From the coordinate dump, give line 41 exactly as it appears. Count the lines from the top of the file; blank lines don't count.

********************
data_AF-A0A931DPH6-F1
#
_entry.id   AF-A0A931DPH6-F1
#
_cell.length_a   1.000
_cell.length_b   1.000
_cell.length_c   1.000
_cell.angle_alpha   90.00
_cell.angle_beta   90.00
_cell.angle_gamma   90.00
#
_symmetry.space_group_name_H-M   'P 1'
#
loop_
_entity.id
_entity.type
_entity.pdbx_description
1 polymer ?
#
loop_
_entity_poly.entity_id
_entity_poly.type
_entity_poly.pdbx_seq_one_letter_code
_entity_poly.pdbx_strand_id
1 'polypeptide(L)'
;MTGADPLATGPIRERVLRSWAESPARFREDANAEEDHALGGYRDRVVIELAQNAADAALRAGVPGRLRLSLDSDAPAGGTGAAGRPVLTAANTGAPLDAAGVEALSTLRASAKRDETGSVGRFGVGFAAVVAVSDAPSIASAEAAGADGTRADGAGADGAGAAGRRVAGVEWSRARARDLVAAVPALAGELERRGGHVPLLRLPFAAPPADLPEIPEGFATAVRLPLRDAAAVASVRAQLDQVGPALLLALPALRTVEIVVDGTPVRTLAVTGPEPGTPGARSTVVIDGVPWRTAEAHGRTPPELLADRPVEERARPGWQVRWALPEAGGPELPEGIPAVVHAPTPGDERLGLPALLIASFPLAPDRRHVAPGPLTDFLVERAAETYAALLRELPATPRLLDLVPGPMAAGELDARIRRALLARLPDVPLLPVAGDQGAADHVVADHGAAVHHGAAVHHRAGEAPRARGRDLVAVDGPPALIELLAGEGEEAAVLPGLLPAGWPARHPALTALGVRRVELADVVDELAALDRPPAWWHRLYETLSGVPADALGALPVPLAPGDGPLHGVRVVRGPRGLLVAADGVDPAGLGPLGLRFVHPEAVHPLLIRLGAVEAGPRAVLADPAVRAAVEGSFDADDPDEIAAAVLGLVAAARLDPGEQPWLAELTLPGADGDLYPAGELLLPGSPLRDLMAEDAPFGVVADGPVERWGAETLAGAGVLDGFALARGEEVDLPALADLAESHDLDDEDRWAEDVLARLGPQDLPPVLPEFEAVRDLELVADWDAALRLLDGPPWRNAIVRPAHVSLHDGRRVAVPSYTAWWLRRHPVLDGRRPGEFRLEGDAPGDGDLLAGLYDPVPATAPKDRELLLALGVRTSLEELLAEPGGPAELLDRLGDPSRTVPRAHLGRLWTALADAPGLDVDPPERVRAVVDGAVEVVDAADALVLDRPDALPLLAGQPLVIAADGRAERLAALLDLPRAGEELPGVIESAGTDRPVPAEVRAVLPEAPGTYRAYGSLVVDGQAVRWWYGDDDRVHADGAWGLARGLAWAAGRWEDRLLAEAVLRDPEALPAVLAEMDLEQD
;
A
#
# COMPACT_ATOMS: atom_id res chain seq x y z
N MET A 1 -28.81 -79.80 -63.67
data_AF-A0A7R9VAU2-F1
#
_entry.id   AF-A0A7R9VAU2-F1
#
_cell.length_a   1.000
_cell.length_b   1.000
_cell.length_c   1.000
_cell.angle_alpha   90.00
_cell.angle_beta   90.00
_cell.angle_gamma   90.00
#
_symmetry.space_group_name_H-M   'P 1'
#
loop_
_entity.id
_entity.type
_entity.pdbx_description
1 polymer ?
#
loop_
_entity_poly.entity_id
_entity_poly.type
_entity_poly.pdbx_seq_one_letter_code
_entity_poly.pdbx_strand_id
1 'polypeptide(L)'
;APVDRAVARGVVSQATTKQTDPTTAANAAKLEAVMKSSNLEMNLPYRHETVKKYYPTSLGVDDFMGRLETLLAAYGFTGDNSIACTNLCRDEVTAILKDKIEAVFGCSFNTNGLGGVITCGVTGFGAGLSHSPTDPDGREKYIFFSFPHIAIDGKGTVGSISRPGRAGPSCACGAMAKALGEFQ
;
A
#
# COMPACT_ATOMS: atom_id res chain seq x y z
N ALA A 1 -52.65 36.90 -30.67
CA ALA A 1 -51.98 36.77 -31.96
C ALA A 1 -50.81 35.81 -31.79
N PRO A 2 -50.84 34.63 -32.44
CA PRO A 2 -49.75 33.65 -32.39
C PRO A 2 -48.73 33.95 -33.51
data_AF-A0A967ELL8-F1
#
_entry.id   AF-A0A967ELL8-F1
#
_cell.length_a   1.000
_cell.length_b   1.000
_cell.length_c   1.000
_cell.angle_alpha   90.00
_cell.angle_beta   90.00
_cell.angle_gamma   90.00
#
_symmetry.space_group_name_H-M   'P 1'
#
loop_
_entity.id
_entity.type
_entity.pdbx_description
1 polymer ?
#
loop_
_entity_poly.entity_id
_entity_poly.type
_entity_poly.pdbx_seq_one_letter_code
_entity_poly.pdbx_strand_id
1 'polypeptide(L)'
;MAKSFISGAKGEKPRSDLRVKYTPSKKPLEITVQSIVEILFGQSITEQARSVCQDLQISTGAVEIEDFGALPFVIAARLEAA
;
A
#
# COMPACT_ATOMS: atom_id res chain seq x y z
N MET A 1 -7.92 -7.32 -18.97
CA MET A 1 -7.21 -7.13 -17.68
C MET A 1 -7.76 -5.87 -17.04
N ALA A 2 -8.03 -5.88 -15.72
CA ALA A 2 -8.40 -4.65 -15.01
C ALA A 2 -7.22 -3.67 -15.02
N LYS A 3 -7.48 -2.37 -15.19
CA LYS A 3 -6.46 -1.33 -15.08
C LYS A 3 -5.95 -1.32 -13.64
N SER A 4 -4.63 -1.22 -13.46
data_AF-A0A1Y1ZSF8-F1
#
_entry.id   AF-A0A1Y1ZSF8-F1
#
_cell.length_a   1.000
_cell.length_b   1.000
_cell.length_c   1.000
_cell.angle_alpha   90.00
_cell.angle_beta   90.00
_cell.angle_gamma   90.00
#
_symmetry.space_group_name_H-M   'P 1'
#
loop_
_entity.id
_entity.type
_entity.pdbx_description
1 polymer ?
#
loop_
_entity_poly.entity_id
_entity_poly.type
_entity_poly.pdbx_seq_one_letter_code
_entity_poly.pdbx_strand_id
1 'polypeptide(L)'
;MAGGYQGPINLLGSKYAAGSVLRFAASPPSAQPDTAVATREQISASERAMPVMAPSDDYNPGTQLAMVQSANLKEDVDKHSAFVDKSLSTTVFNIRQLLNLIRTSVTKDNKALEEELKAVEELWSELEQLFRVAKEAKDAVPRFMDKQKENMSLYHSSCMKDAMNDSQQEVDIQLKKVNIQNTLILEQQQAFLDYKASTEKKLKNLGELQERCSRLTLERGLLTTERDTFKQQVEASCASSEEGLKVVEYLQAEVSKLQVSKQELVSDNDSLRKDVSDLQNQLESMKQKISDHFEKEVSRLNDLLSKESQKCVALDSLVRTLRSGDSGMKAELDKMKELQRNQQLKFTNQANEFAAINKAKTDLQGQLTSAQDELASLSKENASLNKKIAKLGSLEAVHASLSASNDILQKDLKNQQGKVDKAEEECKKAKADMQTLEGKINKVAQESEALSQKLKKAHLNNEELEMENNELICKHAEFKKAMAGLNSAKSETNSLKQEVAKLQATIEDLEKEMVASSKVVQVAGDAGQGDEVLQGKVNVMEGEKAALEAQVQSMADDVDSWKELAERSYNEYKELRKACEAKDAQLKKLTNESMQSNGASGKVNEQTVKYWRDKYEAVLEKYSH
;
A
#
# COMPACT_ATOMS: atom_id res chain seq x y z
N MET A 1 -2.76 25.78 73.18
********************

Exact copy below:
_cell.angle_gamma   90.00